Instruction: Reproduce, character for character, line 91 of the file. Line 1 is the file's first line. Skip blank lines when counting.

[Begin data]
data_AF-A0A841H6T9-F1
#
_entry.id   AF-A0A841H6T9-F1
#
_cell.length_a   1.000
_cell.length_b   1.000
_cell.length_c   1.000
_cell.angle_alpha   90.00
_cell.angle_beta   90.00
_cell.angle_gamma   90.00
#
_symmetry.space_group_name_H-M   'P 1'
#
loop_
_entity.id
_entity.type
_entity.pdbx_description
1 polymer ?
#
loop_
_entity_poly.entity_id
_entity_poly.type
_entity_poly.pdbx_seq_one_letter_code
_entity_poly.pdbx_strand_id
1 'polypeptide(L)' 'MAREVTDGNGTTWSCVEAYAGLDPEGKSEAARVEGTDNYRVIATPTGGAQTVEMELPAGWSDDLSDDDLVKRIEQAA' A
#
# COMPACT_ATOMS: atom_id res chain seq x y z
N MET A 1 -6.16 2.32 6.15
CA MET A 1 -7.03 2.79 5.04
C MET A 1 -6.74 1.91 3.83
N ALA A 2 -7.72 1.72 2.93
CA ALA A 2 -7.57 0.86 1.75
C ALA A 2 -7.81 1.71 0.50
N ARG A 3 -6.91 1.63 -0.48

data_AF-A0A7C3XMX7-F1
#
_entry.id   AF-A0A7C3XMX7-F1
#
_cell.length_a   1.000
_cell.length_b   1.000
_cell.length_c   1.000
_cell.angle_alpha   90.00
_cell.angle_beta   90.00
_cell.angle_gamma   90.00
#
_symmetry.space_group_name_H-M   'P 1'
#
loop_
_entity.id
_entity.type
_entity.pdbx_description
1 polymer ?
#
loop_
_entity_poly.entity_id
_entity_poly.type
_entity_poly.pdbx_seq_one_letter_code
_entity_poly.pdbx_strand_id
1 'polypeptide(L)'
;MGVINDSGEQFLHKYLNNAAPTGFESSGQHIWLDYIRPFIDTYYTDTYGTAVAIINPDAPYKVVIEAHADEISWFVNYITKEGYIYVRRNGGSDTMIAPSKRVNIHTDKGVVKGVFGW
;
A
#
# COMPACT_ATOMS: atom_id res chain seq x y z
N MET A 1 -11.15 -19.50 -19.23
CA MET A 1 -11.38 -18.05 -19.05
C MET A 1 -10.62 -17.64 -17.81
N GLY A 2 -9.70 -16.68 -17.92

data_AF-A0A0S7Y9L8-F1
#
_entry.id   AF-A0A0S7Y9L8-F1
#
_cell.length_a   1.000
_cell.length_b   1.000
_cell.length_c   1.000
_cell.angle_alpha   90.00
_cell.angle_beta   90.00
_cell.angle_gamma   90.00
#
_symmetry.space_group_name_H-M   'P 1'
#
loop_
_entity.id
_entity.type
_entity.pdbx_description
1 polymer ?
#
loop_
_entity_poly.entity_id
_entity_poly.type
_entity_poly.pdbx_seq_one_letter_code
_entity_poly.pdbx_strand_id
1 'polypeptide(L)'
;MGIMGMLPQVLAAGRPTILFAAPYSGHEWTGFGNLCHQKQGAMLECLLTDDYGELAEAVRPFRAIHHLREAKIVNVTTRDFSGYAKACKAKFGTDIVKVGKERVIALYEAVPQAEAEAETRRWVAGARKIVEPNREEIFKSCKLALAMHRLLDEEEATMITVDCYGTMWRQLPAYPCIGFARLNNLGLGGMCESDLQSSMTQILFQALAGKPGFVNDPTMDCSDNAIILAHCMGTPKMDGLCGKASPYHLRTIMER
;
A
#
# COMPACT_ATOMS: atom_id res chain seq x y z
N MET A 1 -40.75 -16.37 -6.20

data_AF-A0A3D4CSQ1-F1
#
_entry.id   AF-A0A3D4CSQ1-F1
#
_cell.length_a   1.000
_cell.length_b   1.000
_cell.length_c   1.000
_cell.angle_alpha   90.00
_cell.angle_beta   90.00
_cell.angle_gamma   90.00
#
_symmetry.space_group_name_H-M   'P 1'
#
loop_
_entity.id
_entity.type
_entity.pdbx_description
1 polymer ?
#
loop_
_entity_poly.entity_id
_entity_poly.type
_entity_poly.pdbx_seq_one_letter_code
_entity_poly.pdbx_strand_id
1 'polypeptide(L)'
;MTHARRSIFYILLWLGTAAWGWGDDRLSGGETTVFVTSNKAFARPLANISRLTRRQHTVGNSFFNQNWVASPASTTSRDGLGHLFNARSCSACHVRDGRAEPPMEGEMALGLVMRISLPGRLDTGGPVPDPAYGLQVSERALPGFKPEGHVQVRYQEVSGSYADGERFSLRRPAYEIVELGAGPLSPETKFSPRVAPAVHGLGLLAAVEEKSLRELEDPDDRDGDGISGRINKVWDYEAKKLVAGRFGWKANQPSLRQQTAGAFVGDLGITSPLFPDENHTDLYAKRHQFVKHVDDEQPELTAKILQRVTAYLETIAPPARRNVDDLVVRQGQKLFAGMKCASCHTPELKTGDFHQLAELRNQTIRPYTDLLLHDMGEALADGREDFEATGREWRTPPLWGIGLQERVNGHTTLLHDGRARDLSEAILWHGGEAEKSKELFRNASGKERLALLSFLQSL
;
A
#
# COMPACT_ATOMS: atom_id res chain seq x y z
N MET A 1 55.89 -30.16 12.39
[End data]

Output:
_entity_poly.pdbx_seq_one_letter_code